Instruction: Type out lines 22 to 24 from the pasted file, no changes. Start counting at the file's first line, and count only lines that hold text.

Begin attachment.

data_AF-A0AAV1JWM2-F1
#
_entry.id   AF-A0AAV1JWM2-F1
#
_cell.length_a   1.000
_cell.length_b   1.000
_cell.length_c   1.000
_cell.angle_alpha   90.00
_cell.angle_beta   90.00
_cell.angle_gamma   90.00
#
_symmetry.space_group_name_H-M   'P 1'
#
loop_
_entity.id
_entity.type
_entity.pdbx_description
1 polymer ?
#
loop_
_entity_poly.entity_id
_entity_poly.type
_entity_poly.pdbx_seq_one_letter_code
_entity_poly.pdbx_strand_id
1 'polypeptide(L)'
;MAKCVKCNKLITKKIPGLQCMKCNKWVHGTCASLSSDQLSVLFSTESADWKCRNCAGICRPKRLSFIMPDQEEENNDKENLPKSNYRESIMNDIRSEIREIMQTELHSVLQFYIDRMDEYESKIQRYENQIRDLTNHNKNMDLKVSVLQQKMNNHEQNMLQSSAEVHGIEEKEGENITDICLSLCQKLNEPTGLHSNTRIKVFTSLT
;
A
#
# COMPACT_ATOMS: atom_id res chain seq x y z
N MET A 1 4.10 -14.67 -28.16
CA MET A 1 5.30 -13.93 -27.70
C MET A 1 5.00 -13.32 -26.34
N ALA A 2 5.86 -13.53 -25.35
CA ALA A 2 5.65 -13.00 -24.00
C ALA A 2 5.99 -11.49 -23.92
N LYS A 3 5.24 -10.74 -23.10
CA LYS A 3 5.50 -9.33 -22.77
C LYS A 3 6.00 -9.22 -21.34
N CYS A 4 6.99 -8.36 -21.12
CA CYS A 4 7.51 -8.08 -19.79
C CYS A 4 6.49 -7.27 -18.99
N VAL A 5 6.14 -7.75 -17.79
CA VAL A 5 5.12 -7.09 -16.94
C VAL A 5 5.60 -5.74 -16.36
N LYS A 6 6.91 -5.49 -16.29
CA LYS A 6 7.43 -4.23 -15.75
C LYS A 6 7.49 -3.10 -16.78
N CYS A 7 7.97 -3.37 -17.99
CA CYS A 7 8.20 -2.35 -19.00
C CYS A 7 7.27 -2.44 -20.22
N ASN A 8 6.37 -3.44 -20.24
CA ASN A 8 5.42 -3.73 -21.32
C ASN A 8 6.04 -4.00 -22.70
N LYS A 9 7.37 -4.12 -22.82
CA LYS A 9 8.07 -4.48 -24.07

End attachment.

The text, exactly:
_entity_poly.type
_entity_poly.pdbx_seq_one_letter_code
_entity_poly.pdbx_strand_id